As momentum around criminal justice reform builds nationwide, sex offenders are one population that is consistently left out of the conversation.
As of 2008, there were 737,000 individuals living on the sex offender registry in the United States, according to the Office of Sex Offender Sentencing, Monitoring, Apprehending, Registering, and Tracking—almost double the 386,000 registered individuals in 2001.
After the Jacob Wetterling Crimes Against Children and Sexually Violent Offender Registration Act was passed in 1994, as part of President Bill Clinton’s Omnibus Crime Bill, registration became a federal mandate for individuals convicted of a number of different categories of sex offenses.
Megan’s Law, passed in 1996, added a community notification component. With the passage of the Adam Walsh Child Protection and Safety Act (or SORNA), the number of register-able offenses broadened and average lengths of registration increased. The intervening years between their inception and the present have not shown these laws to be effective in accomplishing their goals of community safety or reducing the number of children who are victimized.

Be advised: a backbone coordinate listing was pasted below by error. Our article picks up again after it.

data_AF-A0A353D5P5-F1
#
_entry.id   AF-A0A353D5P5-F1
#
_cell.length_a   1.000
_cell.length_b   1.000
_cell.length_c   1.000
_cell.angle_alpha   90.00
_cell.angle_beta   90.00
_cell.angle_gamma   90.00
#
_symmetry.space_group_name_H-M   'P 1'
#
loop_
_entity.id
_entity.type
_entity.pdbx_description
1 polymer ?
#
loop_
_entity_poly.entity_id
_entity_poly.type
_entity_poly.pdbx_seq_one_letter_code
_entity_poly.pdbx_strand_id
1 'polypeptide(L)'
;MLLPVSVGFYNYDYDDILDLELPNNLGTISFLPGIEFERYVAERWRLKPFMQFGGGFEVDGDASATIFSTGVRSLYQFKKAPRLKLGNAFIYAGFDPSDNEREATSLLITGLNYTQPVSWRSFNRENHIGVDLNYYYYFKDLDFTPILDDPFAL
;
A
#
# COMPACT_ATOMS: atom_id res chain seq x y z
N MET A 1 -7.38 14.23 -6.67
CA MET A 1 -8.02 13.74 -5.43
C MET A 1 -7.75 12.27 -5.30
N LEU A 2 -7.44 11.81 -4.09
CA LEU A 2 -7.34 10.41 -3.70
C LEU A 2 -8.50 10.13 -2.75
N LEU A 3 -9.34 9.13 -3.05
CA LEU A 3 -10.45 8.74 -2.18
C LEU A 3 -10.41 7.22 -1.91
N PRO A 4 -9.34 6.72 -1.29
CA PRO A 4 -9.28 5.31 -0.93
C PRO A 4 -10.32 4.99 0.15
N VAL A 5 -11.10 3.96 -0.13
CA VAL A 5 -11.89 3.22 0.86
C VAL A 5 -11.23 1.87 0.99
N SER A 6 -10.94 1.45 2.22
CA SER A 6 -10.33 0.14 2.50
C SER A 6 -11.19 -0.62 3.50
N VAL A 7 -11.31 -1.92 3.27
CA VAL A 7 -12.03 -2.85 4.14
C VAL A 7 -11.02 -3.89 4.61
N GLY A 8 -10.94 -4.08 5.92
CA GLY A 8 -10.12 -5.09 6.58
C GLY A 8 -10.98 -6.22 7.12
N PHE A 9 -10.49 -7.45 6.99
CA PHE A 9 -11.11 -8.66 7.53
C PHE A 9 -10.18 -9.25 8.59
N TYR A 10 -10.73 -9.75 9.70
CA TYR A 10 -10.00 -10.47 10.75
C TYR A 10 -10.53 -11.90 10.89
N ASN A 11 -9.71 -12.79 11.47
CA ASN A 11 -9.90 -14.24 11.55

So why aren’t champions of prison and sentencing reform talking about it?
The current laws were all enacted with the best of intentions. Parents, afraid for their children, overwhelmingly supported policies that they believed would keep their communities safe. But as we have seen in the case of the War on Drugs, policies so deeply rooted in fear and misunderstanding will never be successful. In the meantime, they are causing a great deal of harm.
Despite what researchers at the University of Chicago Booth School of Business call a “lack of empirical evidence for the recidivism-reducing benefits of registration and notification,” these laws persist and cause a number of problems. The Chicago researchers point to the financial costs associated not just with those convicted and their families, but with the taxpayers who subsidize their registration and supervision.